You just got married, and you’re ready to move on to the next milestone.
Buy a new car?
Purchase your first home?
There are many ways that you can begin your life together, but before you get ahead of yourselves, you need to keep an eye on your finances. Make sure you’re on the same page when it comes to spending or else your honeymoon will be over before you know it.
To help start the conversation about managing money, here are six tips for managing finances as newlyweds.
1. Figure Out Your Financial Goals
Even if you and your newlywed partner enjoy all the same movies, foods, and music, you might not share the same objectives with your money. If one of you likes to spend more than the other saves, you can run into conflict. Talk about what both of you see for your financial futures.
Do you want to purchase a home or a vehicle?
What about starting a family?
These are important conversations to have with your partner. Once you outline what you want to save money for, you’ll have an easier time sticking to your budget, which brings us to our next tip:
2. Make a Feasible Budget
The word “budgeting” probably doesn’t inspire much motivation; it’s a task that many people dread. After you make your budget, you then have to follow it, which means cutting down on some of your favorite expenses (getting takeout, online shopping, and other treats).
You don’t have to record it with pen and paper—many apps help you budget digitally. When you have big financial goals in mind, like saving up for a down payment, you need to take it one month at a time.
Week by week, you’ll build up those savings until you’re ready to purchase, and all that frugality will pay off. But to get there, you and your spouse need to be on the same page about budgeting.
The keyword here is feasible—even the best budget will fall apart if it’s not realistic. Saving is important, but cut yourselves some slack to indulge once in a while.
3. Schedule Preventative Maintenance
This step won’t apply to you if you’re a renter, but if you and your spouse are buying a house, staying one step ahead of incoming repairs can save you money. An HVAC system inspection for new homes will help you spot major issues before you invest in a property.
Sometimes, you need to spend money to make money; that’s the goal of preventative maintenance. There are some appliances in the home that need to be maintained yearly, just as with a car.
A few examples include the furnace, air conditioner, hot water tank, and laundry appliance Considering how often you use these machines; it’ll be a lot of trouble if they break down. Schedule service for your main appliances to avoid buying frequent replacements.
4. Start an Emergency Fund
You never know when disaster will strike. In one survey, 36% of respondents cited finances as the biggest stressor in their relationship. The only thing you can do is prepare for the worst financially.
Starting a rainy day fund can significantly reduce the stress of uncertainty. Try to set aside enough income to pay for several months of bills. If one of you loses your job unexpectedly or falls ill, you want to know that you have some room to breathe in your budget.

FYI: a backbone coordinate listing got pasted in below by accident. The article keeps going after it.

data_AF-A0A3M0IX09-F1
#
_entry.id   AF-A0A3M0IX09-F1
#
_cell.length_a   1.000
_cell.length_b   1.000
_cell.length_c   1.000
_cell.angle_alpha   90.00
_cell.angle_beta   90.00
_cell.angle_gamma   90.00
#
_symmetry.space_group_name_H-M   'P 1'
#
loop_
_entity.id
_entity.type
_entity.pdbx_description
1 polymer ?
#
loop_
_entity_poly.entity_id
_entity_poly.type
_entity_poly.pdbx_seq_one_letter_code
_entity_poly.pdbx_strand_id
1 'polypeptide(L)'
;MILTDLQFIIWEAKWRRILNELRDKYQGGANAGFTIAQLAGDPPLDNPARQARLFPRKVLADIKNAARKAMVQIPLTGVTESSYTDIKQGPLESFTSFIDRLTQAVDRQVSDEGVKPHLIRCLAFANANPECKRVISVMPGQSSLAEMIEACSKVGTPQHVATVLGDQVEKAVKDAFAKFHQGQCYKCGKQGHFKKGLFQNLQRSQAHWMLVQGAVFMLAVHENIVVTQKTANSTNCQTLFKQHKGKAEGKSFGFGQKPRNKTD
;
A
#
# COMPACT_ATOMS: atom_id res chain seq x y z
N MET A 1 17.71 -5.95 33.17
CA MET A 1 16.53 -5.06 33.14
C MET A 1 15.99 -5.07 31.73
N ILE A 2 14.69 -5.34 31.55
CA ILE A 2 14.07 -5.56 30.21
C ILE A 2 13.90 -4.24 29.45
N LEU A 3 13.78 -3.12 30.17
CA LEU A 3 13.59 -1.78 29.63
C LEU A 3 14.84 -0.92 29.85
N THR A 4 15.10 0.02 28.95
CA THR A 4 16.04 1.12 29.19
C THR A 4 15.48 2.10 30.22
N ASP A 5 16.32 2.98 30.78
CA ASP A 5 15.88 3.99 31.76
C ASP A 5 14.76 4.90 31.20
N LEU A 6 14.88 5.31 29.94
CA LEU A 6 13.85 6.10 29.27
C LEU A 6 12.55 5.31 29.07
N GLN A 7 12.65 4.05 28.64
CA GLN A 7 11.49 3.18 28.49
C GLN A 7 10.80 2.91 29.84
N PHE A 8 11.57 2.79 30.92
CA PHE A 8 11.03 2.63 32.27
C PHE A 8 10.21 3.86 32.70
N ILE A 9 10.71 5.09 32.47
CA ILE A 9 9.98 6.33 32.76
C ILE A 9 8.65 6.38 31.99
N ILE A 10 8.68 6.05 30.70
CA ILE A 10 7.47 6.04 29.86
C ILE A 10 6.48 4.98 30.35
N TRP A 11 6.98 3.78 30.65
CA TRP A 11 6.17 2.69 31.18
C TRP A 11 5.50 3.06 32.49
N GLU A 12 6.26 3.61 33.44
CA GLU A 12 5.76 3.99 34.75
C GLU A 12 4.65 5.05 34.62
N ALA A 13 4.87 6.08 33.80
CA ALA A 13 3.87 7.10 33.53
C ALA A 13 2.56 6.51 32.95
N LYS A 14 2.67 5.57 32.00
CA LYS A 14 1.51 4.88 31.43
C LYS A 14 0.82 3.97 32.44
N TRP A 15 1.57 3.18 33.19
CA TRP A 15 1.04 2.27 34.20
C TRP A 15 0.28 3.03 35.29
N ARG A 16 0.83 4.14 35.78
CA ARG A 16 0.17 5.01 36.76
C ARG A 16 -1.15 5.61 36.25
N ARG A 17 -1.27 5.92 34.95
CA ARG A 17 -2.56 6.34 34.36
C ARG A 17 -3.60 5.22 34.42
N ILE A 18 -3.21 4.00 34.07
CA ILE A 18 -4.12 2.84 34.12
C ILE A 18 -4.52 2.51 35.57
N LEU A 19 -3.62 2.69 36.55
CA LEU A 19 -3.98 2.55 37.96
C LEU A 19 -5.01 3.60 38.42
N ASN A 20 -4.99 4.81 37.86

An emergency fund will give you the peace of mind that you need. You can also invest in different types of insurance to protect your families, like life insurance or disability insurance.
5. Talk Openly About Your Finances
It can be awkward to talk about money. You’ve been told that communication is an important part of marriage—this is especially true when it comes to managing finances.
If you’re in the red, your marriage will be too if you aren’t forthcoming about it. Ask your spouse about any outstanding loans or debts. It’s best to have the debt conversation before tying the knot, but better late than never.
Once you’re married, your debts become theirs, too. Make a plan together to tackle your financial issues. There are some debts you should pay off first to avoid high interest rates. Even if one of you manages the money in the relationship, it’s essential to make sure your ideas line up.
6. Decide whether You want to Joint Bank Accounts or to Keep them Separate
Not everything in a marriage needs to be done together; if you prefer to live more independently, you can keep a personal bank account to yourself. Consider making a joint account for shared expenses like bills and groceries. Your choice may depend on your partner’s spending habits.
Keeping some money separate will prevent you from squabbling over the other person’s spending—if they’re using their money, it won’t impact you. The joint account in both of your names can be used for purchases that relate to you both. Another expense to join is if your jobs offer benefit plans.
Now that you’re married, you may be covered as a dependent on your spouse’s plan. If it has more inclusive coverage than what you have, consider switching to theirs and canceling yours to save money.
Getting married is an exciting and pivotal moment in life. If you make a comprehensive plan to manage your funds together, you’ll be better off as a newlywed couple.
Honesty is the best policy when it comes to partnerships. Sure, talking about money doesn’t make for the most romantic honeymoon conversation, but it helps ensure smooth sailing for the years to come.